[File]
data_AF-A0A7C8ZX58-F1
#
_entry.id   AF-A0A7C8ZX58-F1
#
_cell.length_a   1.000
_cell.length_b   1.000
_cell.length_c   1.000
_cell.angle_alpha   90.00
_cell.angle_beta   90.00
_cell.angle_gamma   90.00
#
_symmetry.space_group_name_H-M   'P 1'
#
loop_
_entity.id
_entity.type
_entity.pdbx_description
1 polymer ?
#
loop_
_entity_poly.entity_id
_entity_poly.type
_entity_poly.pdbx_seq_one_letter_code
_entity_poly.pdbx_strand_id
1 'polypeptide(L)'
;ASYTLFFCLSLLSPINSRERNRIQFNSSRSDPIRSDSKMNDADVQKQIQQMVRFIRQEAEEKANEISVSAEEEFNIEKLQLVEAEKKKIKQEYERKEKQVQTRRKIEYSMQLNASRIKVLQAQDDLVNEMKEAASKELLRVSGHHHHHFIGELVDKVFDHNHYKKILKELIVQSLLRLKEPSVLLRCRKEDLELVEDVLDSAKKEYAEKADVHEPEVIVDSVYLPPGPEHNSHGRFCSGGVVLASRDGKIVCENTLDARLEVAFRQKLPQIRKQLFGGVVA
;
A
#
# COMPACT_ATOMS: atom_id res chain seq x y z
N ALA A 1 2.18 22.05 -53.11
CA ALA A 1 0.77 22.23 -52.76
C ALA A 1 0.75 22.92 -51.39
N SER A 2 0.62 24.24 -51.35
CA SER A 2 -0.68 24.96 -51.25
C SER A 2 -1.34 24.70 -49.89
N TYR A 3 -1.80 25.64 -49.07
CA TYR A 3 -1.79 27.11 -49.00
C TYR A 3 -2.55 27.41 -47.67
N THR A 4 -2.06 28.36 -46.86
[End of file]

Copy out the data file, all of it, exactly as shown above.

data_AF-A0A7C8ZX58-F1
#
_entry.id   AF-A0A7C8ZX58-F1
#
_cell.length_a   1.000
_cell.length_b   1.000
_cell.length_c   1.000
_cell.angle_alpha   90.00
_cell.angle_beta   90.00
_cell.angle_gamma   90.00
#
_symmetry.space_group_name_H-M   'P 1'
#
loop_
_entity.id
_entity.type
_entity.pdbx_description
1 polymer ?
#
loop_
_entity_poly.entity_id
_entity_poly.type
_entity_poly.pdbx_seq_one_letter_code
_entity_poly.pdbx_strand_id
1 'polypeptide(L)'
;ASYTLFFCLSLLSPINSRERNRIQFNSSRSDPIRSDSKMNDADVQKQIQQMVRFIRQEAEEKANEISVSAEEEFNIEKLQLVEAEKKKIKQEYERKEKQVQTRRKIEYSMQLNASRIKVLQAQDDLVNEMKEAASKELLRVSGHHHHHFIGELVDKVFDHNHYKKILKELIVQSLLRLKEPSVLLRCRKEDLELVEDVLDSAKKEYAEKADVHEPEVIVDSVYLPPGPEHNSHGRFCSGGVVLASRDGKIVCENTLDARLEVAFRQKLPQIRKQLFGGVVA
;
A
#
# COMPACT_ATOMS: atom_id res chain seq x y z
N ALA A 1 2.18 22.05 -53.11
CA ALA A 1 0.77 22.23 -52.76
C ALA A 1 0.75 22.92 -51.39
N SER A 2 0.62 24.24 -51.35
CA SER A 2 -0.68 24.96 -51.25
C SER A 2 -1.34 24.70 -49.89
N TYR A 3 -1.80 25.64 -49.07
CA TYR A 3 -1.79 27.11 -49.00
C TYR A 3 -2.55 27.41 -47.67
N THR A 4 -2.06 28.36 -46.86